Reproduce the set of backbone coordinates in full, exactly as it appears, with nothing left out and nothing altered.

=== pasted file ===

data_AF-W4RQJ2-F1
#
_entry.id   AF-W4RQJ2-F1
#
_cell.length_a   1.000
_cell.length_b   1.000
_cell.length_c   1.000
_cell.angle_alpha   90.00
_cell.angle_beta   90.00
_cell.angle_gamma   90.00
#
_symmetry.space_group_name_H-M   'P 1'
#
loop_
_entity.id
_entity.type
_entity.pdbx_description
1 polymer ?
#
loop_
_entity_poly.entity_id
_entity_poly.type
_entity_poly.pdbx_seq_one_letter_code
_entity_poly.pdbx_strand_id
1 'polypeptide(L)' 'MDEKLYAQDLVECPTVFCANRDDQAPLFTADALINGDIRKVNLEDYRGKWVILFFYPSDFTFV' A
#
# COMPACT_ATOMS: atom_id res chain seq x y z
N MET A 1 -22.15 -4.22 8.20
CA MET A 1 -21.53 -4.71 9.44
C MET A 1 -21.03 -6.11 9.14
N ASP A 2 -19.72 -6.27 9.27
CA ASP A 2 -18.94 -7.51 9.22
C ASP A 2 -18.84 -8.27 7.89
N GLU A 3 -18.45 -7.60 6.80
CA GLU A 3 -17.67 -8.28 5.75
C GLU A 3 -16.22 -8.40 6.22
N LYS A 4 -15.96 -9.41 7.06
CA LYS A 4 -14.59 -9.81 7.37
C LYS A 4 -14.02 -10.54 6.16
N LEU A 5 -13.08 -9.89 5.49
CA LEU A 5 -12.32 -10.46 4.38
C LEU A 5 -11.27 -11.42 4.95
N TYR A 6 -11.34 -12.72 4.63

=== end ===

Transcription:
data_AF-W4RQJ2-F1
#
_entry.id   AF-W4RQJ2-F1
#
_cell.length_a   1.000
_cell.length_b   1.000
_cell.length_c   1.000
_cell.angle_alpha   90.00
_cell.angle_beta   90.00
_cell.angle_gamma   90.00
#
_symmetry.space_group_name_H-M   'P 1'
#
loop_
_entity.id
_entity.type
_entity.pdbx_description
1 polymer ?
#
loop_
_entity_poly.entity_id
_entity_poly.type
_entity_poly.pdbx_seq_one_letter_code
_entity_poly.pdbx_strand_id
1 'polypeptide(L)' 'MDEKLYAQDLVECPTVFCANRDDQAPLFTADALINGDIRKVNLEDYRGKWVILFFYPSDFTFV' A
#
# COMPACT_ATOMS: atom_id res chain seq x y z
N MET A 1 -22.15 -4.22 8.20
CA MET A 1 -21.53 -4.71 9.44
C MET A 1 -21.03 -6.11 9.14
N ASP A 2 -19.72 -6.27 9.27
CA ASP A 2 -18.94 -7.51 9.22
C ASP A 2 -18.84 -8.27 7.89
N GLU A 3 -18.45 -7.60 6.80
CA GLU A 3 -17.67 -8.28 5.75
C GLU A 3 -16.22 -8.40 6.22
N LYS A 4 -15.96 -9.41 7.06
CA LYS A 4 -14.59 -9.81 7.37
C LYS A 4 -14.02 -10.54 6.16
N LEU A 5 -13.08 -9.89 5.49
CA LEU A 5 -12.32 -10.46 4.38
C LEU A 5 -11.27 -11.42 4.95
N TYR A 6 -11.34 -12.72 4.63